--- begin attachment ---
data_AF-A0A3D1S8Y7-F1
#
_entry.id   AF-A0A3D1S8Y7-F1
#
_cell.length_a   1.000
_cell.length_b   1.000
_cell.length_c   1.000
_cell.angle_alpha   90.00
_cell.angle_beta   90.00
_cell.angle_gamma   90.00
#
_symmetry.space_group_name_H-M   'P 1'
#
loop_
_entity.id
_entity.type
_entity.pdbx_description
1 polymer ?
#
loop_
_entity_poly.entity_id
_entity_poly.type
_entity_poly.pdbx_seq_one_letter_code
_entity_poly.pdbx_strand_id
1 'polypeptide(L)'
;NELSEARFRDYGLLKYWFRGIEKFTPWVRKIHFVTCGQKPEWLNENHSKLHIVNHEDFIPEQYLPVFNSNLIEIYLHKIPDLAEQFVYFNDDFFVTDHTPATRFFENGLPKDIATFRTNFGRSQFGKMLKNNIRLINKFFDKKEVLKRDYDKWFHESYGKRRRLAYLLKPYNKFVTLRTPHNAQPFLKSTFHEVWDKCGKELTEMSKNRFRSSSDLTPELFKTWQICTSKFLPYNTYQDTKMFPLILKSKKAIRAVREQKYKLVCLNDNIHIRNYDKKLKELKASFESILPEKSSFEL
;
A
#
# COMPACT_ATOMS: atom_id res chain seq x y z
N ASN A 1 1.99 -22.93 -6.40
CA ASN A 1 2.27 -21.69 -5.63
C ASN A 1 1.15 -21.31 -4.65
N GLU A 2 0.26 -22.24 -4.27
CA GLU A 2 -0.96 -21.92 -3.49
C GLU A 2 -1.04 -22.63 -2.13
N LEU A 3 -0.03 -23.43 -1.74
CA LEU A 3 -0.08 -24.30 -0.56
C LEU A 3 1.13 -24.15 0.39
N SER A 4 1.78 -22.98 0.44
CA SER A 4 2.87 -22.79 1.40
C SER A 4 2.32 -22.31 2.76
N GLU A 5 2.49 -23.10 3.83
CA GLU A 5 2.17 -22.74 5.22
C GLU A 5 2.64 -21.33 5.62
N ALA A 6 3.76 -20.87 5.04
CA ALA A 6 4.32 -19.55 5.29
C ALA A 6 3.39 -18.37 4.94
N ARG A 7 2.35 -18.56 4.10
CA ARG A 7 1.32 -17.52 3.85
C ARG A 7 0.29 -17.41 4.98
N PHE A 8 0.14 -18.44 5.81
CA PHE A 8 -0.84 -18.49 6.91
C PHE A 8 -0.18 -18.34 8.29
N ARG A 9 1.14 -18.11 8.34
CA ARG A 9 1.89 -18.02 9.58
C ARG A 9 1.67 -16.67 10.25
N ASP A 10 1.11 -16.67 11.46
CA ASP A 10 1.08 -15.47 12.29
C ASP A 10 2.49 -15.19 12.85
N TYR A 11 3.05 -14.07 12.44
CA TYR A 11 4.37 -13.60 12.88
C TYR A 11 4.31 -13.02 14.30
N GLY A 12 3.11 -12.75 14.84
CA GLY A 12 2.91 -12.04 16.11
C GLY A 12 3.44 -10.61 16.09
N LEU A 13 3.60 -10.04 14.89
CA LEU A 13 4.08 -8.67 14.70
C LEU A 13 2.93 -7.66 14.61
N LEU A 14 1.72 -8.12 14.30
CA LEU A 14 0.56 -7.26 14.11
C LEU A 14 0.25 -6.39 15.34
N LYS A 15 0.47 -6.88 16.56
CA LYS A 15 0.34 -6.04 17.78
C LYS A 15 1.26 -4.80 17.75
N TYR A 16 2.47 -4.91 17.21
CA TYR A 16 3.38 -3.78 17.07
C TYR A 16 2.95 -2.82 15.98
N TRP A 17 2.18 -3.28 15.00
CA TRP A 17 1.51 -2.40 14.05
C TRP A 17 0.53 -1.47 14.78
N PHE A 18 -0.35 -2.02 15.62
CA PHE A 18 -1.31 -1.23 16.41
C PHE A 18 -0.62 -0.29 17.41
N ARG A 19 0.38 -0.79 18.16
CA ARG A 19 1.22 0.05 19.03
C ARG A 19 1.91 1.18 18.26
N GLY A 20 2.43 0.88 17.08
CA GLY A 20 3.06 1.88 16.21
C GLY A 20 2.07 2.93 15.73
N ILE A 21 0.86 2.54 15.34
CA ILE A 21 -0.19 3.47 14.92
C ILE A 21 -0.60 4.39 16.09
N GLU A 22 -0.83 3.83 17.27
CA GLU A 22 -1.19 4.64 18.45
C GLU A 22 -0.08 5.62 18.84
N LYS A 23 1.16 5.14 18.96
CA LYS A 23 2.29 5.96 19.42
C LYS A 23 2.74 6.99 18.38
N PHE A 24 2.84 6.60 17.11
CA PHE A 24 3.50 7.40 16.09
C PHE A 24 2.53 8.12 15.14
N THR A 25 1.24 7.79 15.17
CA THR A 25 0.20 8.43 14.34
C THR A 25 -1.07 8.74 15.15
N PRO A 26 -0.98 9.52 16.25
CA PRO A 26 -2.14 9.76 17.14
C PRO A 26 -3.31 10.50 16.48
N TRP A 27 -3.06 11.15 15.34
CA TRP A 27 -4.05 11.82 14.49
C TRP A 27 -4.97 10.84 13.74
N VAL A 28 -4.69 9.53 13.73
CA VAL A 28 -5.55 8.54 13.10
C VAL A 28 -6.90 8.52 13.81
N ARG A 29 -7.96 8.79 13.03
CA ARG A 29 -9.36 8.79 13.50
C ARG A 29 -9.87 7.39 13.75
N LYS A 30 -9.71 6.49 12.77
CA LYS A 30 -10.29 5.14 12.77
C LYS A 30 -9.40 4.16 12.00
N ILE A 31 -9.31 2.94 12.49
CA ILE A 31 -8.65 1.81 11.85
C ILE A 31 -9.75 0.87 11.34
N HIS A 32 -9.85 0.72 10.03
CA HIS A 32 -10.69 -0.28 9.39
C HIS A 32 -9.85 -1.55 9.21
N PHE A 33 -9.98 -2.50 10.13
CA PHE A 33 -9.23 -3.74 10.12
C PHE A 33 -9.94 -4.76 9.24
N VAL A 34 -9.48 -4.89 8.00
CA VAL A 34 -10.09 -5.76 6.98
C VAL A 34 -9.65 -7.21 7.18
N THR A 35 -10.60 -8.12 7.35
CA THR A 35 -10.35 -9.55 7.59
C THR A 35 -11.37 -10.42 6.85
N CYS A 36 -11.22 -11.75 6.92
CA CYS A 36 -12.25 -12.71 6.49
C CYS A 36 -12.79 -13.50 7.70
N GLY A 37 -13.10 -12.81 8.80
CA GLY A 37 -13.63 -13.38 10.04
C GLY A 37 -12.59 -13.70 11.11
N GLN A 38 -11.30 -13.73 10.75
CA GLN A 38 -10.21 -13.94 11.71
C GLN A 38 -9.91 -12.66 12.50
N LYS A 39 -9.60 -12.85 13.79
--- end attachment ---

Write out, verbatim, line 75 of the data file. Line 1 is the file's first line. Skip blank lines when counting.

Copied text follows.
C LYS A 15 1.26 -4.80 17.75